Q: On Linux, right-clicking in the configuration pane and choosing 'What's This?' causes an information window to pop up and then quickly disappear.
A: If the window manager options are set to raise a window when it gains the focus, the information window can get sent behind the application window when the popup menu loses focus. Either adjust your window manager settings, or use an alternate way of invoking help for the item: click on the arrow/question mark toolbar button, then on the item you are interested in.
Q: The internal HTML help viewer doesn't display HTML correctly.
A: The internal HTML help viewer cannot display some of the more complex HTML correctly, such as the GNUPro reference. We hope to provide the documentation in a suitable form in future, but for now, please use an external browser to view this documentation. You can use the Settings dialog, Viewers tab, to choose to view using an external browser.
Q: Why does the Configuration Tool use wxWindows?
A: wxWindows is an open source, mature multi-platform GUI toolkit for C++. It makes platform-independence relatively easy to achieve, whilst remaining compatibility with the look and feel of GTK+ and WIN32 on the respective platforms. wxWindows was chosen on its own merits but, by sheer coincidence, the author of the new Configuration Tool is also the original author of wxWindows. Using a platform-independent API will make it easier to port the Configuration Tool to other platforms if needed.
Q: Where can I get more information about wxWindows?
A: The wxWindows web site is at http://www.wxwindows.org. wxWindows distributions come with documentation in a variety of formats.
Q: Does the new Configuration Tool make the old one obsolete?
A: Not yet. The new tool doesn't yet support some features, such as the Memory Layout Tool. When these have been implemented, and the tool has been subject to the required quality assurance procedure, then we can retire the old tool.
Q: How can I help improve the Configuration Tool?
A: All help is very welcome: please see the eCos FAQ for how to contribute.
Q: Who do I contact when things go wrong?
A: Please discuss problems on the ecos-discuss mailing list.
Q: The compiler fails to compile dcclient.cpp. What do I do?
A: It may be that you have a non-standard GTK+ 1.2.6 which has changes backported from 1.2.7. Use the makefile target 'wxgtkfix' to fix this after the error has happened (i.e. after configure has produced the setup.h and makefiles):
% make -f $CONFIGTOOLDIR/Makefile WXDIR=$WXDIR ECOSDIR=$ECOSDIR LEVEL=release wxgtkfix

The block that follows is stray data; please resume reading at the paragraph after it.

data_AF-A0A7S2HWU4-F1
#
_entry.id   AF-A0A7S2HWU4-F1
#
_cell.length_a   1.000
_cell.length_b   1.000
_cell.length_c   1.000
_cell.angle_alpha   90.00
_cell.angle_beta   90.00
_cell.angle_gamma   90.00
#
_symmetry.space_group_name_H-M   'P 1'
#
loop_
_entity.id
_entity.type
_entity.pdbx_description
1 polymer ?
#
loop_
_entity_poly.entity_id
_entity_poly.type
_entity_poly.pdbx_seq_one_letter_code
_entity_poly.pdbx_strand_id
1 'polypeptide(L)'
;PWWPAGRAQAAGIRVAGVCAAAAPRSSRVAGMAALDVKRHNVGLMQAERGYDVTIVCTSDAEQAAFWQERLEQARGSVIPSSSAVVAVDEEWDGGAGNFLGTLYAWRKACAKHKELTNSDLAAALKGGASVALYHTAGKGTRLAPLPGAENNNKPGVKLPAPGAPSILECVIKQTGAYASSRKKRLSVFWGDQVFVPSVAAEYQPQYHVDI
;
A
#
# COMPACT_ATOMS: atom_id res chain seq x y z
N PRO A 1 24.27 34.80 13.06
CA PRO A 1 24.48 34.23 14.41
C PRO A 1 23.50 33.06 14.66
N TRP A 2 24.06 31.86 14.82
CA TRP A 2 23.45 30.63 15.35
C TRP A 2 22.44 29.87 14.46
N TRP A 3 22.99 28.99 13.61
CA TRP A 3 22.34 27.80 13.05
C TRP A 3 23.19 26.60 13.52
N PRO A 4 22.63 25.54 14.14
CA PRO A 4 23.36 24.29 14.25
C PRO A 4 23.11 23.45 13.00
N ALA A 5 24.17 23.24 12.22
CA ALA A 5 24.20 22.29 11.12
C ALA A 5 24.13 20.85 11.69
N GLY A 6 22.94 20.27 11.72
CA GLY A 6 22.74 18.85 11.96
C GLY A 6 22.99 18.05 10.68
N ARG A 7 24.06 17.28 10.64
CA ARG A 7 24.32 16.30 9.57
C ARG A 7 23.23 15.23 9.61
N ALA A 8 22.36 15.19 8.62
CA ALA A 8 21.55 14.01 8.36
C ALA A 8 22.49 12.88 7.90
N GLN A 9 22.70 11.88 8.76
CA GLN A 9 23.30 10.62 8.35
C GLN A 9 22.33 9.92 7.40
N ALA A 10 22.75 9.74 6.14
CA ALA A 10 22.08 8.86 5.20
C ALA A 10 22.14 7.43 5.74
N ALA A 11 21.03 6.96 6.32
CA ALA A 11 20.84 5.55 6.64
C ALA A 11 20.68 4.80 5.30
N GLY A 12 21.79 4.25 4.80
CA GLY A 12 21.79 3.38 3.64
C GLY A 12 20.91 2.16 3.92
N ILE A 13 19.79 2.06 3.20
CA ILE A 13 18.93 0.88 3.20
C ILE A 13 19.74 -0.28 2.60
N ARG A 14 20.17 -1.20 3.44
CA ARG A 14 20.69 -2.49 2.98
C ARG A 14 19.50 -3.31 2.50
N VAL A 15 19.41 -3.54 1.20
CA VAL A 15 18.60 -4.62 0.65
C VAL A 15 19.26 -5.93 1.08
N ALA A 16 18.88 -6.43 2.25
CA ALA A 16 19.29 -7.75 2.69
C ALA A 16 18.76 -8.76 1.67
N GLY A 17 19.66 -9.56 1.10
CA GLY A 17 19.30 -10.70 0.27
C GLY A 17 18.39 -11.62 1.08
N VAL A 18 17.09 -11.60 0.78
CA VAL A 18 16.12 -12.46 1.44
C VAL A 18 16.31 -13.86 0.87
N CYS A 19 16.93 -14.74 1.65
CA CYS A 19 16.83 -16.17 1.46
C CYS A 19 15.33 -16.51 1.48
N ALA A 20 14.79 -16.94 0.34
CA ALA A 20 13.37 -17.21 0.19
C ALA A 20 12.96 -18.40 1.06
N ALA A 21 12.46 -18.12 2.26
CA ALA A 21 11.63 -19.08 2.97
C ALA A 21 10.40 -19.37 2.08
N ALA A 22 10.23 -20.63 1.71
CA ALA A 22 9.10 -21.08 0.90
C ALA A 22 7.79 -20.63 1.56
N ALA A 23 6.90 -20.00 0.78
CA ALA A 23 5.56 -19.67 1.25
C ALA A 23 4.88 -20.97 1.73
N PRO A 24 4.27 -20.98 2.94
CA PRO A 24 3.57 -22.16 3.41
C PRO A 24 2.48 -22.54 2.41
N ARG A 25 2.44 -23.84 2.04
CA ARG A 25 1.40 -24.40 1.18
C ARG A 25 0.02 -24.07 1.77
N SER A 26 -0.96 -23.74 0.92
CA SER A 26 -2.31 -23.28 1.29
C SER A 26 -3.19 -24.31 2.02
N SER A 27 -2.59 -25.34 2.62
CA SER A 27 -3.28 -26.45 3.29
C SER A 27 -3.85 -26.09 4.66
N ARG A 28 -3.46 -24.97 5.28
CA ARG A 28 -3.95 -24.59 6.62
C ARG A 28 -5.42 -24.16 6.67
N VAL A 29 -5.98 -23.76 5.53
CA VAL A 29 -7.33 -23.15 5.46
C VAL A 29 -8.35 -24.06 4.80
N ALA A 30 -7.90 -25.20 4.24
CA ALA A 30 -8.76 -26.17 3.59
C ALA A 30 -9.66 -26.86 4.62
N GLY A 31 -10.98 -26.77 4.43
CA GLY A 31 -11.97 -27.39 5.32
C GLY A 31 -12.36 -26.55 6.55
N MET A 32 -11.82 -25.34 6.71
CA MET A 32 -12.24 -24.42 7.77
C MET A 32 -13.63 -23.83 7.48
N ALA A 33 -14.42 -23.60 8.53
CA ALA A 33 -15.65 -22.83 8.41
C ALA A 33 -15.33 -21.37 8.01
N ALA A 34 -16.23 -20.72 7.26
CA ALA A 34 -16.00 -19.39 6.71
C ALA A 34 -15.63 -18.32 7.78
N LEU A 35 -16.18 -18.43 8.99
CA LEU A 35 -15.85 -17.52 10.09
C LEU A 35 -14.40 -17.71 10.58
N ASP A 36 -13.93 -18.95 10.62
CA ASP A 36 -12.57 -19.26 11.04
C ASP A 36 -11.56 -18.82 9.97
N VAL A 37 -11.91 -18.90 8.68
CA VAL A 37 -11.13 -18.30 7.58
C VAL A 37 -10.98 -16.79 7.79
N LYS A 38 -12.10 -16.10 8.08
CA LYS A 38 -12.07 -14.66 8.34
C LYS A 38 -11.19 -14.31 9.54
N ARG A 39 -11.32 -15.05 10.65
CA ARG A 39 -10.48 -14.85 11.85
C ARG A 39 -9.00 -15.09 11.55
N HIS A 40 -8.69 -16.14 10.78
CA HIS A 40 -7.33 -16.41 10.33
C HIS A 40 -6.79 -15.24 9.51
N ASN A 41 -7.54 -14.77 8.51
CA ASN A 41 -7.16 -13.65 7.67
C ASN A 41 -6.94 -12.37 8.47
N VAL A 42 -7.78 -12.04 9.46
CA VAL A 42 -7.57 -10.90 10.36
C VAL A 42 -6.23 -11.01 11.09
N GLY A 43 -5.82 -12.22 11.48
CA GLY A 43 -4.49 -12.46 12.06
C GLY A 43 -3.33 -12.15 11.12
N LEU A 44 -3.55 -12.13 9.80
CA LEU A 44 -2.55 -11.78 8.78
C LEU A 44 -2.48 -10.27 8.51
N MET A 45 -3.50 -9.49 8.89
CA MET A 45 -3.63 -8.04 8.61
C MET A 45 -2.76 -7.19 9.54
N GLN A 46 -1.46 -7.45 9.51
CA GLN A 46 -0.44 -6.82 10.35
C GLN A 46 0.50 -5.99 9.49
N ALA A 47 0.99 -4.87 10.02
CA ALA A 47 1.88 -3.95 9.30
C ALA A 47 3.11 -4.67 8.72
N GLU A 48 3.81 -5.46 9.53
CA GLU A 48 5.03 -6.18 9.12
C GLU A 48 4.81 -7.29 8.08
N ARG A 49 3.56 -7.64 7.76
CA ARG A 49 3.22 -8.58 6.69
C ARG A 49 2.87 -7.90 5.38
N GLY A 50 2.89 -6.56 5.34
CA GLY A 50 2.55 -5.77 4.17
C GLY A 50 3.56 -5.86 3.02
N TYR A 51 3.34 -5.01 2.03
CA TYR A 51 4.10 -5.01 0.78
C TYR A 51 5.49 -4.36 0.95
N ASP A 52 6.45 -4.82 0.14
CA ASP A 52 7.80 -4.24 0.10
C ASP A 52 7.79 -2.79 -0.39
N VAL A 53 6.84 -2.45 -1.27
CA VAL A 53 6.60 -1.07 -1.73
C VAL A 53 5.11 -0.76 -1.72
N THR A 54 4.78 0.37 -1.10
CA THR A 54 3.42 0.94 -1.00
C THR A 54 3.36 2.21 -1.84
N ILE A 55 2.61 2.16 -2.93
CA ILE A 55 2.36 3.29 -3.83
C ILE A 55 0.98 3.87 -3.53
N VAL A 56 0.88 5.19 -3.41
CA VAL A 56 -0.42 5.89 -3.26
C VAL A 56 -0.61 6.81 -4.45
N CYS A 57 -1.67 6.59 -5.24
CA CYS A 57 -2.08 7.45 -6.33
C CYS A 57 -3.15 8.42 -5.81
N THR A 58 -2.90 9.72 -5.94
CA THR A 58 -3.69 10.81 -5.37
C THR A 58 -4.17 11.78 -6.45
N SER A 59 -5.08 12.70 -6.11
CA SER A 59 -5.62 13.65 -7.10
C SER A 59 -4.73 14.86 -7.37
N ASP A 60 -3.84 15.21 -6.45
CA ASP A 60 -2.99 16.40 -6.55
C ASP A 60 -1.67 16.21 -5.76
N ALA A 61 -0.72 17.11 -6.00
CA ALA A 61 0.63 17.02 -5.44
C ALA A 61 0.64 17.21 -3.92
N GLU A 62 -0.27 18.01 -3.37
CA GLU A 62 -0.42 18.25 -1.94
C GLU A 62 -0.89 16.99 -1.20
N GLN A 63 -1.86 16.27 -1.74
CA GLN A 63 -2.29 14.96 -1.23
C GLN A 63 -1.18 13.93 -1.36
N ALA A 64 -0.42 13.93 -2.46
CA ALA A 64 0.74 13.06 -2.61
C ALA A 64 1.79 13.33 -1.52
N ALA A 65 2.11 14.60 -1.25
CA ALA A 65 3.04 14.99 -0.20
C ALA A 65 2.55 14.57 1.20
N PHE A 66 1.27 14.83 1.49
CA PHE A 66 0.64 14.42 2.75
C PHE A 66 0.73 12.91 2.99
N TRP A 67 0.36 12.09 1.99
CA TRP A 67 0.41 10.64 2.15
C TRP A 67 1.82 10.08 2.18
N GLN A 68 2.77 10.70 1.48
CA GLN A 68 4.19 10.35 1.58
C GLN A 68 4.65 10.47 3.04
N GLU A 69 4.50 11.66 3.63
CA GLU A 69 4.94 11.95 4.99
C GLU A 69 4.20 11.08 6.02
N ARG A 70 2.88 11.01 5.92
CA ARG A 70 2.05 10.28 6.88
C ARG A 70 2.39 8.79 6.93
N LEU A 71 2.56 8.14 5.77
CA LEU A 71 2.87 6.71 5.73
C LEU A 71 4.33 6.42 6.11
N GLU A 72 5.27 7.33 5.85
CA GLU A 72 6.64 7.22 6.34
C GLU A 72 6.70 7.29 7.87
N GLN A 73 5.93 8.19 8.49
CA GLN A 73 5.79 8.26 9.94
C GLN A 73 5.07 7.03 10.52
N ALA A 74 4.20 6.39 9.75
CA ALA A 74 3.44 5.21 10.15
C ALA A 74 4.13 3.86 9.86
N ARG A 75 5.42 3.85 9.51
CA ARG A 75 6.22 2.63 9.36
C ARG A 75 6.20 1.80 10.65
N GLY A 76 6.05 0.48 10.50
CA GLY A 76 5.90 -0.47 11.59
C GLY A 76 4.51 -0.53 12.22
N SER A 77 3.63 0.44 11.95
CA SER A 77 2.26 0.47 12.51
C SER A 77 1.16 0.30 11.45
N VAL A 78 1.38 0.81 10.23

% make -f $CONFIGTOOLDIR/Makefile WXDIR=$WXDIR ECOSDIR=$ECOSDIR LEVEL=debug wxgtkfix
Now use the 'wx ecc ct' targets (not 'full') to continue building.
Building the Configuration Tool under Linux
This build system is subject to change.
You will need:
There is no 'configure' step for the eCos Configuration Tool as a whole, although the host tool libraries and wxWindows have configure scripts which are invoked by the makefile.
You work in a build directory of your choosing, and the makefile will create the following directories underneath it:
You need to pass the wxWindows source directory (WXDIR) and eCos hierarchy directory (ECOSDIR) to the makefile, along with the build LEVEL (debug or release). Please see makect.sh in the source directory, which is a useful helper script for making it easier to invoke the makefile.
You also supply a target to build, such as full (everything), ct (just the Configuration Tool), wx (wxWindows only) or ecc (eCos libraries only). It is important to supply the target as the last command(s) on the command line.
The makefile builds and uses wxWindows as a static library, which minimizes problems with shared libraries and still results in a reasonable size of executable (around 6 MB). Switching off unnecessary wxWindows features may result in smaller executables.
IMPORTANT NOTE: currently, there are inadequate dependencies in the makefiles, so please make sure you start with a clean directory before building (use the cleanct target if necessary).
This builds the eCos libraries, wxWindows, and the Configuration Tool, debug mode.
% export ECOSDIR=/home/julians/cvs/eCos # The dir above 'host'
This builds just the Configuration Tool, say after a file was edited, in release mode.
% export ECOSDIR=/home/julians/cvs/eCos
Please see the FAQ for what to do if the wxWindows file dcclient.cpp fails to compile.
Building the Configuration Tool under Windows
You will need:
There are two main steps: building wxWindows, and building the Configuration Tool. The Configuration Tool project file also builds the required eCos libraries. Note that unlike compilation under Linux, the wxWindows objects and libraries end up in the wxWindows source tree.
Before routinely building the Configuration Tool, you will need to set up Visual C++ with the correct paths (see below).
When compiled, configtool.exe depends on the following DLLs found in your system32 directory that should be supplied with the executable: